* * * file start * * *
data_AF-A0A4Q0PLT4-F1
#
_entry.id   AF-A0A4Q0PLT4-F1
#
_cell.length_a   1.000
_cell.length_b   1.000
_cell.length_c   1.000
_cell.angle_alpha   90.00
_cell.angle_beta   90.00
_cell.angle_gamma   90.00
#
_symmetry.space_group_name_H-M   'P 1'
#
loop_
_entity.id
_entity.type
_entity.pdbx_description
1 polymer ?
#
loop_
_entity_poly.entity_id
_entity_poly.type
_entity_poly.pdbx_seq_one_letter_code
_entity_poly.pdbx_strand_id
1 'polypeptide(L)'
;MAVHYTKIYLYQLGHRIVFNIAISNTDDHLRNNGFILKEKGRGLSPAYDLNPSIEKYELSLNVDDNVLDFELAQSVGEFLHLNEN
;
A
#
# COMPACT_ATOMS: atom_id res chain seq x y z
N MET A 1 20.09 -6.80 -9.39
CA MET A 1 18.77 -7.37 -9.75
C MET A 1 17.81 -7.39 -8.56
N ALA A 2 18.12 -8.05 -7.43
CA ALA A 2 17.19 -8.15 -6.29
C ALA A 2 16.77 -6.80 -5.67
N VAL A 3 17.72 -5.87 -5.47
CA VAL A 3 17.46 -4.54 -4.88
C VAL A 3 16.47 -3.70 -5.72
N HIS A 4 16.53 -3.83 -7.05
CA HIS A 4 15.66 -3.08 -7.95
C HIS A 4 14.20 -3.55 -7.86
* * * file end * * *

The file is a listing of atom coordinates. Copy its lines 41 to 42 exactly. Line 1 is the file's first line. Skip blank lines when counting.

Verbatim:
CA HIS A 4 15.66 -3.08 -7.95
C HIS A 4 14.20 -3.55 -7.86